- January 8, 2020
- Posted by: David Marshall
- Category: Leadership, Manufacturing
How do you bring 10 new projects together at once? If you’re looking to make major wholesale changes in your operation, how do you do it without interrupting the flow of what’s already there? How do you revamp an entire facility, replace old machines with new ones, old processes with new, and even old mindsets with new philosophies? I’ve learned that the best way to do wholesale change in a manufacturing facility is greenfielding.
If you’ve ever heard of a blue ocean strategy, then you understand what greenfielding is. It’s the untouched soil, the fertile ground, the chance to start over with a new project or manufacturing facility.
Essentially, you start with a clean sheet of paper so you don’t have to move one set of technology out while you’re trying to implement a new set of technology, and trying to get it all to fit with the technology that’s going to remain behind for a few months.
Ultimately, the cost of greenfielding a facility is a lot less than the cost of trying to refit an old facility’s old technology being run with old tribal wisdom. It’s a lot easier than trying to introduce new things into the old space.
One of the biggest costs in a business is the cost of change, and one of the biggest changes is changing people’s mindsets. For example, people who are used to working with internal combustion engines and the systems and controls around that, it’s not so easy to get them to change and work with electric cars instead.
That’s why, when we built the new Duoline facility, I was designing, developing, and building the new facility even while operating the old facility. When the new plant was completed, we just shut down one operation and opened the other, starting completely over.
We also used different professionals to work on different aspects of the project. I partnered with an integrator — a software developer who created the sequencing of the product through the work cell. The integrator also worked with the systems developers we used.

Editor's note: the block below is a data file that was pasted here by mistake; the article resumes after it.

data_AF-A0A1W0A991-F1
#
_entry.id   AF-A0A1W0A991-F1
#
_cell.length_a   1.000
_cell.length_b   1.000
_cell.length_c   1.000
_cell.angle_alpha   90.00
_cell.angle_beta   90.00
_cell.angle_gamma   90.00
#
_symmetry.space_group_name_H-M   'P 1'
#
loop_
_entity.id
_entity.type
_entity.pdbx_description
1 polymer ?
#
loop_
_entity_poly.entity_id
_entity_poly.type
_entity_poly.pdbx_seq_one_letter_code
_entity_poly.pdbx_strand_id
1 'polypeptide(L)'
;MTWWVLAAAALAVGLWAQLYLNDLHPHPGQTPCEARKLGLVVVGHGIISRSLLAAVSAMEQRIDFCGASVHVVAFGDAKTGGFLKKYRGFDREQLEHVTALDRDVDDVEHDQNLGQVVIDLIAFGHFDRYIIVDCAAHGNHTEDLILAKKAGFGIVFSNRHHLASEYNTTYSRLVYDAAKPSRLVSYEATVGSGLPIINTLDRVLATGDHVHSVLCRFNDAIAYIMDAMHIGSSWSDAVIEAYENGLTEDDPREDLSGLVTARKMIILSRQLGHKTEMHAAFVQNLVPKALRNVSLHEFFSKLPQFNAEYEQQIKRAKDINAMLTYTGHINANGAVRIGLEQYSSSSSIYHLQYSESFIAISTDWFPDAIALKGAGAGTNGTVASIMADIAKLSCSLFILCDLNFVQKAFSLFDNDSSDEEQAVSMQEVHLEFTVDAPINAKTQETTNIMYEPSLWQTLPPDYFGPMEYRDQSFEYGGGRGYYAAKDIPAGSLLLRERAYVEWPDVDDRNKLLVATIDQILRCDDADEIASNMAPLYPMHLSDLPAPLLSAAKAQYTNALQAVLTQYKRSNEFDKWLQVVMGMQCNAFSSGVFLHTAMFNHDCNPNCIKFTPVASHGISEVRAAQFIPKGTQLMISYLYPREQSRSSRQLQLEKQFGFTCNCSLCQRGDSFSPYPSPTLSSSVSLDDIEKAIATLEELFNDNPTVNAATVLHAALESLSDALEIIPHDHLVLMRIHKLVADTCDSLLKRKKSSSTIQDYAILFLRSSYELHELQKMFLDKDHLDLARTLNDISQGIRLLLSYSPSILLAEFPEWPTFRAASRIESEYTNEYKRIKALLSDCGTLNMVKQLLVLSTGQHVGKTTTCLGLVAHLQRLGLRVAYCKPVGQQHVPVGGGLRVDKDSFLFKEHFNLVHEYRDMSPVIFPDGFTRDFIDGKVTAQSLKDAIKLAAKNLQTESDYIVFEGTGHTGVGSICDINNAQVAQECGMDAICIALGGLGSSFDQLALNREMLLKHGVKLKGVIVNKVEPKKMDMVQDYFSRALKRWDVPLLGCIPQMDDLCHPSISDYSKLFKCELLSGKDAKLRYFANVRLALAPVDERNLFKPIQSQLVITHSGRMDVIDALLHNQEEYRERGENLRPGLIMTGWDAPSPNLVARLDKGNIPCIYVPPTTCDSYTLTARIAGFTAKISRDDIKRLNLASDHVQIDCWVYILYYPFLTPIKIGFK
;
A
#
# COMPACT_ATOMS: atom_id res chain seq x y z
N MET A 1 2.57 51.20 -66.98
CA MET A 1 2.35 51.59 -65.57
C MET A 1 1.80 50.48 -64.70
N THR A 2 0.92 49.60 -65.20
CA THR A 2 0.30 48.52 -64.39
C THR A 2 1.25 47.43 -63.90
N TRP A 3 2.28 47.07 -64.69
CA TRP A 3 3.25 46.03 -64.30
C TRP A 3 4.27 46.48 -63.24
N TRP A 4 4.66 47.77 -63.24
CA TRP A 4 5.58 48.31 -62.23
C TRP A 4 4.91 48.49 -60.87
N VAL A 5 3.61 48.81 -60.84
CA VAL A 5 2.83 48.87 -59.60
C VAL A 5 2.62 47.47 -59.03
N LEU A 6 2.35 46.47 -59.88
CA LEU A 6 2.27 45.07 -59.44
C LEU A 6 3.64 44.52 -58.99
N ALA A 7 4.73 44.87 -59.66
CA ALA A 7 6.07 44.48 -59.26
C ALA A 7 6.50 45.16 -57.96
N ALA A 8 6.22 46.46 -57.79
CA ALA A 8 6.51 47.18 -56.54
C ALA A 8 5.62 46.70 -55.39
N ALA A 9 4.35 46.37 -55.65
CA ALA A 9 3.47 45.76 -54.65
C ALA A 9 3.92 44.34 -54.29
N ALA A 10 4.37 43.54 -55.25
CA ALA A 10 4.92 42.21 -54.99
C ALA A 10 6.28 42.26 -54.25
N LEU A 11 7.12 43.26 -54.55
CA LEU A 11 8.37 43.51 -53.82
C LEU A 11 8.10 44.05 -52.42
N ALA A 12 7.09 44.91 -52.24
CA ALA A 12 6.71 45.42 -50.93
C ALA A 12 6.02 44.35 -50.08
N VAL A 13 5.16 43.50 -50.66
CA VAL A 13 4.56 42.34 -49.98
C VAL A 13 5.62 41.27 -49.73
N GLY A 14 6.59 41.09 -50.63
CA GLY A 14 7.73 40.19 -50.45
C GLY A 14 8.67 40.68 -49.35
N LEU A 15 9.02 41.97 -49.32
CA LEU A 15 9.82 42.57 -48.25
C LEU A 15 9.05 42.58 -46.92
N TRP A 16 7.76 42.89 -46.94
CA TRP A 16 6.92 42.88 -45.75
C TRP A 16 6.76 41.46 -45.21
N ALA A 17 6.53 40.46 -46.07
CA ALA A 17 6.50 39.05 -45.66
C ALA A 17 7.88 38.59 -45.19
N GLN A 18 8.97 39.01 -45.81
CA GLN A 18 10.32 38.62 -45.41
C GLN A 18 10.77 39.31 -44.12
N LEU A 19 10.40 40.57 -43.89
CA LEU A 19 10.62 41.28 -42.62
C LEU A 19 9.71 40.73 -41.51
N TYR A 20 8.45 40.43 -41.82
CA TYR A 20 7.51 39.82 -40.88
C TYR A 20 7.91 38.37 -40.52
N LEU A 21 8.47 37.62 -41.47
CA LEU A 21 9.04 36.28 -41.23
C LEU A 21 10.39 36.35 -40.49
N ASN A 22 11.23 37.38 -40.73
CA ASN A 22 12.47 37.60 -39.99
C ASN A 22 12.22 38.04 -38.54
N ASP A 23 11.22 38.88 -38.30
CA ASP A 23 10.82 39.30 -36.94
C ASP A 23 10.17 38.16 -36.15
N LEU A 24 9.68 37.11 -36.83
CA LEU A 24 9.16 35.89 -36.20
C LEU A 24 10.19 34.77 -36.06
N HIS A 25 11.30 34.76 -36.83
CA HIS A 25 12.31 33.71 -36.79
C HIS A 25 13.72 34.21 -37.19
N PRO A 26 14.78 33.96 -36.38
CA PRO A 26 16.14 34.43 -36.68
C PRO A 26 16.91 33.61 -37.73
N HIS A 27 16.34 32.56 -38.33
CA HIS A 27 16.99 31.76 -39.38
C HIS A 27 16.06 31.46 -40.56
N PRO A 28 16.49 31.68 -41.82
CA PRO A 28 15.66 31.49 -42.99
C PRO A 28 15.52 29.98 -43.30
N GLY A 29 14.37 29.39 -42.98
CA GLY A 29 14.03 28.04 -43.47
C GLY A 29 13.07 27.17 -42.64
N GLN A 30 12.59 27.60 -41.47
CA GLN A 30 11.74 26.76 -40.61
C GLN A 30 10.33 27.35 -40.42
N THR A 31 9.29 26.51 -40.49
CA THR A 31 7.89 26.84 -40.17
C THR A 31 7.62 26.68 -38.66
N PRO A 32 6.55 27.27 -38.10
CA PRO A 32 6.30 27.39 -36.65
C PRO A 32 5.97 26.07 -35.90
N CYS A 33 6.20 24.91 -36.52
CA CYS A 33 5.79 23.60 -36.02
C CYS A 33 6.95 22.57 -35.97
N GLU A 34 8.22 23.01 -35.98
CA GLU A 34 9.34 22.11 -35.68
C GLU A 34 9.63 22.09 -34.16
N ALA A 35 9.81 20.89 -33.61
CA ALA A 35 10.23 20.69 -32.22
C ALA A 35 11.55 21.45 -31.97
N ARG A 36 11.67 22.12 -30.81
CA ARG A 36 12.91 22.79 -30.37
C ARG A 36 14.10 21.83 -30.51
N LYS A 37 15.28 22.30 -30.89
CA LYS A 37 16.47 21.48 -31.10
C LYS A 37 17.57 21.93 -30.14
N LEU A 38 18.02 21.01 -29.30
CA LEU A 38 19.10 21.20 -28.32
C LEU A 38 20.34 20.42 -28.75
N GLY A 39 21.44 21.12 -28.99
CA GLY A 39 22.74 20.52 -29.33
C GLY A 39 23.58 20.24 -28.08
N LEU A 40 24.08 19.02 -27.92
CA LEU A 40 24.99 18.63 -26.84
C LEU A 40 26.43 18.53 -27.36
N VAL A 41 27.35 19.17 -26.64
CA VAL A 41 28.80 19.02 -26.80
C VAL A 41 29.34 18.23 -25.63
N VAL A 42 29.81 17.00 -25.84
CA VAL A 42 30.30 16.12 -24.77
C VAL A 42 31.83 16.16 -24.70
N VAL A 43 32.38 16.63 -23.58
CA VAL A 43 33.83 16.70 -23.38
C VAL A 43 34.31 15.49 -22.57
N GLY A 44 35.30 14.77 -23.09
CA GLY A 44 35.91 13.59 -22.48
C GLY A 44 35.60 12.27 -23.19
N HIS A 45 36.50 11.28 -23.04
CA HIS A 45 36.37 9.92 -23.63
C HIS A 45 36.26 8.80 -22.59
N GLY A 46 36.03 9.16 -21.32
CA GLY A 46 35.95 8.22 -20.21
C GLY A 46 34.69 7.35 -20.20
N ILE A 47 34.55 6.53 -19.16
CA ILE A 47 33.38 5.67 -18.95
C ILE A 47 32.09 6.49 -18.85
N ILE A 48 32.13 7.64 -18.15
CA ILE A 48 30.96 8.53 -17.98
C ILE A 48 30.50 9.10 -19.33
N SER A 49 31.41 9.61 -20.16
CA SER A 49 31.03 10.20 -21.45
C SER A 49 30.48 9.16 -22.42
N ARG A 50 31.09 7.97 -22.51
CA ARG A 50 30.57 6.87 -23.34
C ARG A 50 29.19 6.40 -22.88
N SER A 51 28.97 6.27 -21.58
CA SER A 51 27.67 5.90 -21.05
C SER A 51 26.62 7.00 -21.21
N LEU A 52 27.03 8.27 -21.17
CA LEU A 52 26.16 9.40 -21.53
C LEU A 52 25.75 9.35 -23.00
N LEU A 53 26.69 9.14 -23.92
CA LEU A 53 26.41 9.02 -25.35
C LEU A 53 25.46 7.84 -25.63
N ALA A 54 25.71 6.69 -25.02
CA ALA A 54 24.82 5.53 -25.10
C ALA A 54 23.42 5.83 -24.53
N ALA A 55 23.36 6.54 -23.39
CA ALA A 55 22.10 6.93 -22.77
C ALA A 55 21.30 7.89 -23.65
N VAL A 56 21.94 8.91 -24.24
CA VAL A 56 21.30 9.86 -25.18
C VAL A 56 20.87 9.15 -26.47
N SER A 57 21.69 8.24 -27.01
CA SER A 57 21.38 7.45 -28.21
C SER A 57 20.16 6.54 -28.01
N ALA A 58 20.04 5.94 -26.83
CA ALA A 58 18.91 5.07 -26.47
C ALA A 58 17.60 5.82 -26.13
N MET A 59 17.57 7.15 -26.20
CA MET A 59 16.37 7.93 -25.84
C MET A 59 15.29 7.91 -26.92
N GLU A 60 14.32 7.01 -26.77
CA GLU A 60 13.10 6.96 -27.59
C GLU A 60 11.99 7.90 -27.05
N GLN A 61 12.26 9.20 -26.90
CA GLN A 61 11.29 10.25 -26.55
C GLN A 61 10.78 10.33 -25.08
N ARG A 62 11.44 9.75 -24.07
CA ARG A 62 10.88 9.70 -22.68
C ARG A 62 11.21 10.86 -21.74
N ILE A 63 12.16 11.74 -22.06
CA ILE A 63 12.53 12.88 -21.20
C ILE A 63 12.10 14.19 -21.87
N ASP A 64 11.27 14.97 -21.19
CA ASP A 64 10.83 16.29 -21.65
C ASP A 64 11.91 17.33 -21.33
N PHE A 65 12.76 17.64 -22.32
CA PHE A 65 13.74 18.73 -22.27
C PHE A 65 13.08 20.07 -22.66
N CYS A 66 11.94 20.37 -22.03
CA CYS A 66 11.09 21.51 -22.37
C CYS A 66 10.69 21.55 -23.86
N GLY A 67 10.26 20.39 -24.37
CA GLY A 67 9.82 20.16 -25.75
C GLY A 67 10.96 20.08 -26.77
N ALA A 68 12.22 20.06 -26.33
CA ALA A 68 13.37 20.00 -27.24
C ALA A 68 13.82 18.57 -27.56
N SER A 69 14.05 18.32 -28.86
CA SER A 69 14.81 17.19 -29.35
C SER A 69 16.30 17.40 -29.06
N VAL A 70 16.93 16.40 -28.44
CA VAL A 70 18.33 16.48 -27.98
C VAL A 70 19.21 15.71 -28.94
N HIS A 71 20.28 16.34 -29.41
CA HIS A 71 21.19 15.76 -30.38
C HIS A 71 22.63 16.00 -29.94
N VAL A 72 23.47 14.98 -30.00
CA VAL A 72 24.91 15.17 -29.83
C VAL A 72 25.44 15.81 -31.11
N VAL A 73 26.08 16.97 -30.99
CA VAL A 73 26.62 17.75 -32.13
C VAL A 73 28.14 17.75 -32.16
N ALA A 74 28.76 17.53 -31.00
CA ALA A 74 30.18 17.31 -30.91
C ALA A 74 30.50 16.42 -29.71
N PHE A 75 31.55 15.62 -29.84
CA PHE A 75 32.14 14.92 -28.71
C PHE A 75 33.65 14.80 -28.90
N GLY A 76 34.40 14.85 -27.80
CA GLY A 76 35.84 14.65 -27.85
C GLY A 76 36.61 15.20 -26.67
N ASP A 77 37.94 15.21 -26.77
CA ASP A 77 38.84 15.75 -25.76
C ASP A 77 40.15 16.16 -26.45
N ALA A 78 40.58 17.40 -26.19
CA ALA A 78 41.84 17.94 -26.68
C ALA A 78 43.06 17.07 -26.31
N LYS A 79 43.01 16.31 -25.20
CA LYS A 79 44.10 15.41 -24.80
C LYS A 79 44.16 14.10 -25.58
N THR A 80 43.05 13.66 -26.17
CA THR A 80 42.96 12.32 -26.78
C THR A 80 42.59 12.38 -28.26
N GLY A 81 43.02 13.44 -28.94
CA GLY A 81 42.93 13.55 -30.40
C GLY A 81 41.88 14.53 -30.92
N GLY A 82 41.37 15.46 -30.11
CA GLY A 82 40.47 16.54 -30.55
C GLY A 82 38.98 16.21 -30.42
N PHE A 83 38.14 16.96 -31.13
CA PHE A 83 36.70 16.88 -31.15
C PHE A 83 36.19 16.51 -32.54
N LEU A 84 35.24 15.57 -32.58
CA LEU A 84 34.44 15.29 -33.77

Finally, I didn’t move anyone over to the new plant, with the exception of the engineering group, because it was a totally different technology and brand new way of doing things. The people in the old facility were often problematic to begin with and they weren’t my first choice of staff for the new operation.
From the entire process, I learned several important lessons about making wholesale changes with all new technology and processes.
- Greenfielding major projects is always better than trying to piecemeal several new technology pieces into place. Start over, start from first principles, and build the system you want, don’t retrofit.
- Work with a professional project manager or integrator who has knowledge and experience for this type of work. Don’t think about trying to do it all yourself.
- Treat the different vendors’ products as parts of a system, not standalone units that sort of connect together. Make sure everything works together before you even begin breaking ground. Everything should just be able to flow without any hiccups or the need for external fixes.
- Automate as much of the operation as you can. It saves you a lot of time and money right off the bat, and it improves productivity.
I’ve been a manufacturing executive, as well as a sales and marketing professional, for a few decades. Now I help companies turn around their own business, including greenfielding a new manufacturing facility. If you would like more information, please visit my website and connect with me on Twitter, Facebook, or LinkedIn.
Photo credit: Mixabest (Wikimedia Commons, Creative Commons 3.0)